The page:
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Governor Newsom has taken another step toward his re-election. After widely overcoming a recall election in 2021, one of the stars of the Democratic party is now heading for his second term. Newsom, 55, easily won this Tuesday in a contest where he had no strong rivals and they were unknown in many regions of the state. “Brian Dahle is competing against me, he has an outstanding grade from the National Rifle Association and has signed an anti-abortion pledge. He is anti-science and pro-Trump,” Newsom wrote of his rival in his call to constituents. In November, the president will play the position against Dahle, a local senator who is also a farmer from the north who does not have enough water to irrigate his fields. Dahle intends to channel the anger of the conservative parts of the entity to dethrone the current ruler. It is a difficult task. He got 16% of the votes tonight.
Senator Alex Padilla was another who experienced a smooth day. The first Latino senator arrived in Washington to replace Vice President Kamala Harris, who left the Senate to go to Joe Biden’s White House. In just over a year in the legislature, Padilla has become one of the most important voices in the progressive bloc. This Tuesday he won two contests. The first, to finish the rest of the assignment that concludes in January 2023. And a second as a candidate for the Senate for a full period, six years, until January 2029. Padilla exceeded the two primary elections with 57% and 56% of the votes, respectively. His rival in November will be Republican Mark Meuser.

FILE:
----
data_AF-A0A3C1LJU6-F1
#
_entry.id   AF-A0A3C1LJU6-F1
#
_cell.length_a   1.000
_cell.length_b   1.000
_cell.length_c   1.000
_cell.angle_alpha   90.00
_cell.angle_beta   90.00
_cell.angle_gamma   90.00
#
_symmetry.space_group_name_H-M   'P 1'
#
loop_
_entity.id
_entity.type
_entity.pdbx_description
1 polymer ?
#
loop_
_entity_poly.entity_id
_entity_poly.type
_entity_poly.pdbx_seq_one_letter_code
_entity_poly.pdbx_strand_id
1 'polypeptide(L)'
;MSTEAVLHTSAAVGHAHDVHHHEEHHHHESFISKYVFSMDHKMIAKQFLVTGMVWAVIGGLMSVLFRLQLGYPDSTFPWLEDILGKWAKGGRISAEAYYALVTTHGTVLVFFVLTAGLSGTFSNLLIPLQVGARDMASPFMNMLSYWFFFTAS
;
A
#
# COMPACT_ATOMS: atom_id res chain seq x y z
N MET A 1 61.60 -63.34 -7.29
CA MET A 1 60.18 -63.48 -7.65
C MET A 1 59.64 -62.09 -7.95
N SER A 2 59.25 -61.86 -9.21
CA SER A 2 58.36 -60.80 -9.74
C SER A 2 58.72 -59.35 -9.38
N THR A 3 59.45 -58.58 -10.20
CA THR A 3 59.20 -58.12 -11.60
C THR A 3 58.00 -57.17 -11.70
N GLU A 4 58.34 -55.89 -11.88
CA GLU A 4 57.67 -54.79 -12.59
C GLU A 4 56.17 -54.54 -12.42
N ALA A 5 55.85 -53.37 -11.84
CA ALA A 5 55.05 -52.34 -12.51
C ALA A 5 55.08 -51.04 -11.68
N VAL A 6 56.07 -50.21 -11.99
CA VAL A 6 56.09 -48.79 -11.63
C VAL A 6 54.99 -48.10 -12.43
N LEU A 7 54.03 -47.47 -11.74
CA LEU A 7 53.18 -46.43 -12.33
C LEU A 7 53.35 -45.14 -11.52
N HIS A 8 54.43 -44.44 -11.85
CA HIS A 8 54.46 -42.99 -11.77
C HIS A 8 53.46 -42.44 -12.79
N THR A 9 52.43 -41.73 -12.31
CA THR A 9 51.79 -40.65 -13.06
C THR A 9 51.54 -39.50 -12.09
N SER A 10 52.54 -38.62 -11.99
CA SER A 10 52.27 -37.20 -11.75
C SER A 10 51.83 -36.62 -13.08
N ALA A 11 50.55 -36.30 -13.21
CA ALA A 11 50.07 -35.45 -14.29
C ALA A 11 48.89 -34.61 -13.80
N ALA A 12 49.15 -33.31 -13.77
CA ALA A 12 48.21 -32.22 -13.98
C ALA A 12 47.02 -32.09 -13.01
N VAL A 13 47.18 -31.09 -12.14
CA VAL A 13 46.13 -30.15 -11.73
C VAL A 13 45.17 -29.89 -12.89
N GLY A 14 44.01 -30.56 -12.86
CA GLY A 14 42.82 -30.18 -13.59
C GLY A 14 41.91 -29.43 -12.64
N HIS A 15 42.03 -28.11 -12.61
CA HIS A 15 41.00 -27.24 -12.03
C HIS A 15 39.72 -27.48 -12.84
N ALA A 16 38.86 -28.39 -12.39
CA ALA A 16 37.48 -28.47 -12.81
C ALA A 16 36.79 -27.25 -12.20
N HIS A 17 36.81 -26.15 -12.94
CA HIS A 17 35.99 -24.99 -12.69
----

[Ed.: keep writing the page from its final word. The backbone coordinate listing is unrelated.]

Fellow Republican Connie Conway was another to fill an empty seat in Washington. With 58% of the votes, she remains with the special election that defined the replacement in the House of Representatives of the right-wing legislator Devin Nunes. He resigned last December from the lower house to follow in the footsteps of Donald Trump and accept the task of the former president, who appointed him head of the social network Truth Social. Conway is also considered a Trumpist.
Rob Bonta, the attorney general of California, easily overcame the challenge after receiving 56% of the vote. Another figure with a progressive ideology, but more pragmatic than Boudin, the lawyer will face Republican Nathan Hochman in a few months.
Los Angeles Sheriff Alex Villanueva has prevailed in the primaries for the time being. At the head of one of the largest security corporations in the United States (more than 15,000 employees between agents and civil servants), Villanueva’s management has been criticized for the lack of results and for scandals of mismanagement and tolerance of corruption. The bailiff had stated that he would hold the elections with enough votes to avoid a new appearance in November. It was not so. With 35% of the votes counted, he has only 31%. His rival in the fall elections will be Robert Luna, who was police chief of Long Beach, south of Los Angeles, for seven years.